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T. Kida, R. Li, J. Liu; Postnatal Eyeball Enlargement Influenced by Topical Atropine Treatment in the Rabbit. Invest. Ophthalmol. Vis. Sci. 2008;49(13):1731.
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To investigate possible correlations between atropine treatment and the eyeball enlargement in rabbits.
Ten albino rabbits aged 5 weeks were used in the present study. Each rabbit received a 20 µl of atropine in one eye and the contralateral eye received saline twice a week. We measured the axial length, and corneal diameters every 2 weeks for 23 weeks (7-28 weeks of age). Rabbits were housed under a 12-hour light/12-hour dark cycle, and the measurements were made in the middle of the light period. At a final age of 31-32 weeks, we measured intraocular pressure (IOP). Rabbits were then sacrificed, eyeballs enucleated, and their ocular weights and volumes determined.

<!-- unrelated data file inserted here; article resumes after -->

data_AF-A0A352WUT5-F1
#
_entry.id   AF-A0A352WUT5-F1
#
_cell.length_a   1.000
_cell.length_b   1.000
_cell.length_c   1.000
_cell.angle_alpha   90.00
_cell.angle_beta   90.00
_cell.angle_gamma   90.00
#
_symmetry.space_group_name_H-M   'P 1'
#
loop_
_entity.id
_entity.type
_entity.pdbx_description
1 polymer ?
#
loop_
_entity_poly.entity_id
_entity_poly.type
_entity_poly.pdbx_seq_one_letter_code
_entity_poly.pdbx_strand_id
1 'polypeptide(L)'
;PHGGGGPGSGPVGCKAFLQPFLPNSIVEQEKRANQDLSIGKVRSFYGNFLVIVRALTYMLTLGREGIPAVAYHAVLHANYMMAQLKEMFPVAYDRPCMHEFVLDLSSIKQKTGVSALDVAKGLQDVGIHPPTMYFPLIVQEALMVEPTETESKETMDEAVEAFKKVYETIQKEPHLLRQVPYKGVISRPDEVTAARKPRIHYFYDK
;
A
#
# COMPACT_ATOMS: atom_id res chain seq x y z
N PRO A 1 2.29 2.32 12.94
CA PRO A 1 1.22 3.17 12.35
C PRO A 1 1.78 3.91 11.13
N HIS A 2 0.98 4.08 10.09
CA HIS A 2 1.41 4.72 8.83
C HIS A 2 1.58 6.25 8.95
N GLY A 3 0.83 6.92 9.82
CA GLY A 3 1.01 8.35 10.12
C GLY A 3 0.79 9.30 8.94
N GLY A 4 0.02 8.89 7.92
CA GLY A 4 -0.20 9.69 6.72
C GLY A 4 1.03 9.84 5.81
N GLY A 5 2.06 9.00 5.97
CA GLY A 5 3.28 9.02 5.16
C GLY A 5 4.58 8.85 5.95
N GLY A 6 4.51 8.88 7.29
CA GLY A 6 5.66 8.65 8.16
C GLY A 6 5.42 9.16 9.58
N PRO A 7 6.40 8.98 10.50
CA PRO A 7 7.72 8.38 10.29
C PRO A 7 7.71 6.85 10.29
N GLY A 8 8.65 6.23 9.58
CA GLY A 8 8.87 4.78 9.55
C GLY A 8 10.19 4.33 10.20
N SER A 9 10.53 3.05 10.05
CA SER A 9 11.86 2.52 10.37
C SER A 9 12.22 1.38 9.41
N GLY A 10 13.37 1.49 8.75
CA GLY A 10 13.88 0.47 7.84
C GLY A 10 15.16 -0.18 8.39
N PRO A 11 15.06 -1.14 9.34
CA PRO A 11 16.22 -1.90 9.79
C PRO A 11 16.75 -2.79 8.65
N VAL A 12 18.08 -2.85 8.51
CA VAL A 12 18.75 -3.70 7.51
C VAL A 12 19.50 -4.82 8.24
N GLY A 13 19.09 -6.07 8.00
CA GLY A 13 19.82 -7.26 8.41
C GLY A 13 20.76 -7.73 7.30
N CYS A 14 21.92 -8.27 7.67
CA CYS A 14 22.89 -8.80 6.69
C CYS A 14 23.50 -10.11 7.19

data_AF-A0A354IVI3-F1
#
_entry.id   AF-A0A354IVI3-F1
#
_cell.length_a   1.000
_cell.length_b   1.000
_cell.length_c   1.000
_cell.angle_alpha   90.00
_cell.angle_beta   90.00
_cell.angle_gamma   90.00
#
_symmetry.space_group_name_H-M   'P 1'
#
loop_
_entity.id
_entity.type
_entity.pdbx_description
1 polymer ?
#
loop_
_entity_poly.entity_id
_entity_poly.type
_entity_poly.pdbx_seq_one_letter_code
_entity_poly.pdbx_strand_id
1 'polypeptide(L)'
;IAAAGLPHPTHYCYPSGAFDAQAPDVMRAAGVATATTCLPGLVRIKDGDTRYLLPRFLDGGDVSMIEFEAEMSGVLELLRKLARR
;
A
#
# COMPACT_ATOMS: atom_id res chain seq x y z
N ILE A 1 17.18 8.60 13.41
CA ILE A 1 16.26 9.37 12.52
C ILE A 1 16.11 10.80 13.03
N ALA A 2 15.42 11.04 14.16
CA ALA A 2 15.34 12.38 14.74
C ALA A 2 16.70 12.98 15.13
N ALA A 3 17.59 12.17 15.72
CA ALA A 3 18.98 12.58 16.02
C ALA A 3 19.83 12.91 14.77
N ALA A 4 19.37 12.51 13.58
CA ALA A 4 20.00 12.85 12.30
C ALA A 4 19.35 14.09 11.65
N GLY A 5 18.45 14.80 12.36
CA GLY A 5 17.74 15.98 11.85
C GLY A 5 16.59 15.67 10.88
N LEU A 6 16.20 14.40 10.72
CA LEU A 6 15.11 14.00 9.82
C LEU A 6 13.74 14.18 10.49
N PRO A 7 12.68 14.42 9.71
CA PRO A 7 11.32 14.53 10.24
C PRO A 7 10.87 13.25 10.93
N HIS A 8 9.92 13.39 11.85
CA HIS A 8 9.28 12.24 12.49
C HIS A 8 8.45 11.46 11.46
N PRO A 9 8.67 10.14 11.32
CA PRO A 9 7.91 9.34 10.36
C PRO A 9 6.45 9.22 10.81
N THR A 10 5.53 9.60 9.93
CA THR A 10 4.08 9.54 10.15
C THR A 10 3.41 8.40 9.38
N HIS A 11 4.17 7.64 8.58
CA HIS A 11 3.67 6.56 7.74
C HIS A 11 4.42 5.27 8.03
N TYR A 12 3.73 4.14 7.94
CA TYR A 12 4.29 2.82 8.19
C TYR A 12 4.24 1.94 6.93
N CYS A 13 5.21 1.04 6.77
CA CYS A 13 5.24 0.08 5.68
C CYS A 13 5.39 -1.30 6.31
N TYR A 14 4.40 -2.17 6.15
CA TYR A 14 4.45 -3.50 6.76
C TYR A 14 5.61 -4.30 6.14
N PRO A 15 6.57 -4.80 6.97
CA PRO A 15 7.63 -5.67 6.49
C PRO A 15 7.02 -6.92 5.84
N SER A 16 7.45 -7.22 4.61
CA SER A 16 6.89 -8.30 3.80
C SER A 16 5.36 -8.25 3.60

From 15 weeks of age the axial length and corneal diameters were significantly shorter (P<0.05) in the atropine treated eye compared with the control eye. This reduction maintained statistically significant throughout the present study. At the final observation, IOP and the mean ocular weight after enucleation were less in atropine treated eye than in the control eye.
Topical atropine commonly used as the treatment of youth-onset myopia is effective for the prevention of the eyeball enlargement and for lowering IOP, which might be related to the development of myopia.
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